The Gurwood edition of the dispatches was published some fifteen years after Napier made his application, but numbers of the old Peninsular officers were still alive, and the Duke adhered to his already-expressed opinion that it would not be well to expose old quarrels and old blunders. Paragraphs, accordingly, are often omitted in the reprint, and in a large majority of cases, where blame was imputed or reproofs administered to any individual, the name was left blank. This makes the edition most tiresome to read. It is exasperating to find that e.g. “nothing has given me more concern in the late operations than the conduct of Lieut. Colonel of the Regt.” f or that “no means exists of punishing military disorders and irregularities of the kind committed by Brigadier General and Colonel.” Or again, when Wellington writes to the Patronage Secretary at the Horse Guards that “I am much obliged to you for relieving me from Major-General and Colonel. I have seen General and I think he will do very well, and so will”; or that “appears to be a kind of madman,” and “is not very wise,” the reader is reduced to despair. The only way of discovering the names, which are often those of officers of high rank, who figure repeatedly in any narrative of the Peninsular War, is to go to the original dispatches at the Record Office, or, when the communication is a private and not a public one, to the letters at Apsley House. Meanwhile, few have the leisure or the patience to do this, so that Wellington’s judgments on his lieutenants are still practically inaccessible.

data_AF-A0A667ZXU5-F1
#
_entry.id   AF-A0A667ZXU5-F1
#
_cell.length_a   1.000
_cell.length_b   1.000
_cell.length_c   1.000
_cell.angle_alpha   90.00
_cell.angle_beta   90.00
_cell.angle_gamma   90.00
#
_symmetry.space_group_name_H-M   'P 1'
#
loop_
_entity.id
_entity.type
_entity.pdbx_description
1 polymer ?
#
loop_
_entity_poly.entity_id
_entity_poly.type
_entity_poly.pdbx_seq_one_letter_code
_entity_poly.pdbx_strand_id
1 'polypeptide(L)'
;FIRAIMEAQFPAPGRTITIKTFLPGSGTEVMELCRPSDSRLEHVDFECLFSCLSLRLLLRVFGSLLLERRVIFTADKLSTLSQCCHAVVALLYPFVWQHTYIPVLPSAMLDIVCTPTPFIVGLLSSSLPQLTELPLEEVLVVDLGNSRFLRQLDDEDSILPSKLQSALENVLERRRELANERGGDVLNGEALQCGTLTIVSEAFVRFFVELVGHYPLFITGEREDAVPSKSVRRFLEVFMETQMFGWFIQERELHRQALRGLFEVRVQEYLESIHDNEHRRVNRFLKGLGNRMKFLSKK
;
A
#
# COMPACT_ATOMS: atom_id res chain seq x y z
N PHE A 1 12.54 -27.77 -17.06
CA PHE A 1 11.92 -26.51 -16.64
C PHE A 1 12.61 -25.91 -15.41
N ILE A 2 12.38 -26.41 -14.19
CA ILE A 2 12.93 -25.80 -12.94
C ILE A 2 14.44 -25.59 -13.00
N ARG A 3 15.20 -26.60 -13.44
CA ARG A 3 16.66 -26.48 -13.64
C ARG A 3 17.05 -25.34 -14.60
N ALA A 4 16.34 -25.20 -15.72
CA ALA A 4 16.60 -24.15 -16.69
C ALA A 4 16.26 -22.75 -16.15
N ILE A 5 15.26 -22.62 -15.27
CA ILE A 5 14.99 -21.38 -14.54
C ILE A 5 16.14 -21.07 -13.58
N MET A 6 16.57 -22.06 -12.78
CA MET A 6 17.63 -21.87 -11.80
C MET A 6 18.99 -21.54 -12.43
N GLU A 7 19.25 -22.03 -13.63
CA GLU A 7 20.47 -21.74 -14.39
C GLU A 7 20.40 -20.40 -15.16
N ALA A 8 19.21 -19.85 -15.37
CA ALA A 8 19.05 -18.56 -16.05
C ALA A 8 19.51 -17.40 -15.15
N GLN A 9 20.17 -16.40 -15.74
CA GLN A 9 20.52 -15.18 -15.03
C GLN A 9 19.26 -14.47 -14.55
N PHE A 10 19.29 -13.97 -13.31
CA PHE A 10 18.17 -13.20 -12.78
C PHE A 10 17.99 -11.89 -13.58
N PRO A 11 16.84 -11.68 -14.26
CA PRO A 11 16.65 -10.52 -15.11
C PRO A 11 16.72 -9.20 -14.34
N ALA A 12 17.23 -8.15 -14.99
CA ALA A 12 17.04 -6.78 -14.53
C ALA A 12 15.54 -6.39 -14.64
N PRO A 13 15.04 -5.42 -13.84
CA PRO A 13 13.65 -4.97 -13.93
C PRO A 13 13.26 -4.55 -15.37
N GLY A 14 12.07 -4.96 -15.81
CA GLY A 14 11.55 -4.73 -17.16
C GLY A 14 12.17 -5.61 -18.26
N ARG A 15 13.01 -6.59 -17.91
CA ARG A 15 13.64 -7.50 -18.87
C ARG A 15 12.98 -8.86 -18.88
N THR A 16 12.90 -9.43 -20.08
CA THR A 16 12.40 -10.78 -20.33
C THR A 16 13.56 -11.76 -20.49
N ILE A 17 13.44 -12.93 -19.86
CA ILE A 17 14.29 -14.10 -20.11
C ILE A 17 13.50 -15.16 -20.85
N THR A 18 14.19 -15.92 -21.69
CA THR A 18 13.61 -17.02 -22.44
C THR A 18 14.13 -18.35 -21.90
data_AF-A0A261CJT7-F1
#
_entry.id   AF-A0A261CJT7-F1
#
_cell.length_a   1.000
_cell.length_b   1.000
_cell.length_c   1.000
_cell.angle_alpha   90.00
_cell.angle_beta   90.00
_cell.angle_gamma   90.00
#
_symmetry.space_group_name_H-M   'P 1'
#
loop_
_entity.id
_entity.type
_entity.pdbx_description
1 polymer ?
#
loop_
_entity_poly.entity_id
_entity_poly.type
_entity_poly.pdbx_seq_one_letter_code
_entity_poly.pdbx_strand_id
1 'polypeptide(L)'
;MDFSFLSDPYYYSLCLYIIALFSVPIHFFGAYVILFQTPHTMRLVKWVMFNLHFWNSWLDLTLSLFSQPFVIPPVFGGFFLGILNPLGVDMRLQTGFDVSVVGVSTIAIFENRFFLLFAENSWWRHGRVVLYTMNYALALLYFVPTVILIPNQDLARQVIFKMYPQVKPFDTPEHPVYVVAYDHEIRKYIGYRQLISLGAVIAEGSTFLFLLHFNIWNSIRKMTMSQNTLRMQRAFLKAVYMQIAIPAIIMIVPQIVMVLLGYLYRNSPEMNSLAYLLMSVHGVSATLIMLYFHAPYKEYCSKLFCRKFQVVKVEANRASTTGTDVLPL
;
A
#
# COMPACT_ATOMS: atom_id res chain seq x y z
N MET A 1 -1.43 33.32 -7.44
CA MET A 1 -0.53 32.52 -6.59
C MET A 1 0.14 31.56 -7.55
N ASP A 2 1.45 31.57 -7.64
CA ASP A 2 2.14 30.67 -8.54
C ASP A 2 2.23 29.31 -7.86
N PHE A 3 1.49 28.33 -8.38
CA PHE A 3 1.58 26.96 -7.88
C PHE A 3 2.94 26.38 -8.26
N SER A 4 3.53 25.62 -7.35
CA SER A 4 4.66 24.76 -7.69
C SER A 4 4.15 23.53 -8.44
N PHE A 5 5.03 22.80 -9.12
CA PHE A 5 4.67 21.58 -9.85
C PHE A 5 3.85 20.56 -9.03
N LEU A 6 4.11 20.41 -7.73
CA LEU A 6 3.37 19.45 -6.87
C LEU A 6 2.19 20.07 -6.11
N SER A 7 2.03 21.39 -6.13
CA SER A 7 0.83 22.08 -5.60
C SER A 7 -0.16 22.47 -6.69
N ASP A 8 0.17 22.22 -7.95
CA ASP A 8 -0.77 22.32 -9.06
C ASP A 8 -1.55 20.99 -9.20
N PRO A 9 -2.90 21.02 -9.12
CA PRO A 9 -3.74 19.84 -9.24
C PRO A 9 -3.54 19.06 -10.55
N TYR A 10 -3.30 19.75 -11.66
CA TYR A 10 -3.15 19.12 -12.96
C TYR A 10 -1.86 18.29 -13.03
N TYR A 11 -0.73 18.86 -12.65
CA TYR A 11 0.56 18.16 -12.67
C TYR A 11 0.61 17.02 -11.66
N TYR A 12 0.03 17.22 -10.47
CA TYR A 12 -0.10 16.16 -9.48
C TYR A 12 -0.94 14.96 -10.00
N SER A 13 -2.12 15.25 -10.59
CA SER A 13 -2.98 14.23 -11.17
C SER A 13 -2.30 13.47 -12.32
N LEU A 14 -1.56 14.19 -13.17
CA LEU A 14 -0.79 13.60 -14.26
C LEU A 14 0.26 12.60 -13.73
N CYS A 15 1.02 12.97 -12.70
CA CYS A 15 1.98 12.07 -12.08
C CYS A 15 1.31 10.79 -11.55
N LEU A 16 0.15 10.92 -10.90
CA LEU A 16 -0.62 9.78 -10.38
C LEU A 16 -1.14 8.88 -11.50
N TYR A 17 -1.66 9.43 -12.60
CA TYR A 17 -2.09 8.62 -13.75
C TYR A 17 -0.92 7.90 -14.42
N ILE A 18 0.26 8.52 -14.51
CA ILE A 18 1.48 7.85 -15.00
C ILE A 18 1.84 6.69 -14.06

It was, perhaps, still necessary to leave all these blanks in 1837. And Gurwood was no doubt acting in strict obedience to the Duke’s orders. But nothing can excuse his own slack editing of the massive tomes that he published. There are no tables of contents to the volumes, nor does the title page of each indicate the dates between which it runs. To find out which volume will contain a letter of November, 1810, we must take down Vols. VI and VII, and see from the date of the last dispatch in one and the first in the other, when the break comes. Supposing we wish to discover how many communications were sent to Graham or Spencer in 1811, there is no other way of achieving our object than running through every page of the two volumes in which the correspondence of that year is contained! There is a so-called index to the whole series, but it is practically useless, from the small number of headings given. The reader will look in it vainly for obvious places-names such as Chaves, Casal Novo, Castello Branco, Vera, St. Pierre, for personal names such as Lapisse, Latour Maubourg, Bonnet, Montbrun, Abadia, Penne-Villemur, O’Donnell, Del Parque, Erskine, Anson, Victor Alten, Barnard, Beckwith. On the other hand he will find silly headings such as under L, “Lies, encouragement of,” or under I, “Invincibility of British Troops.” Perhaps the most ridiculous entry in this absurd compilation is that of “Light Division,” to which there is annexed just one note, “satisfactory conduct of, on April 6, 1811,” as if that was the sole occasion on which it was necessary to mention that distinguished unit of the British army. There are no headings under regiments at all, so that if one wishes to see what the Duke said about the 52nd or the Black Watch, one simply gets no help.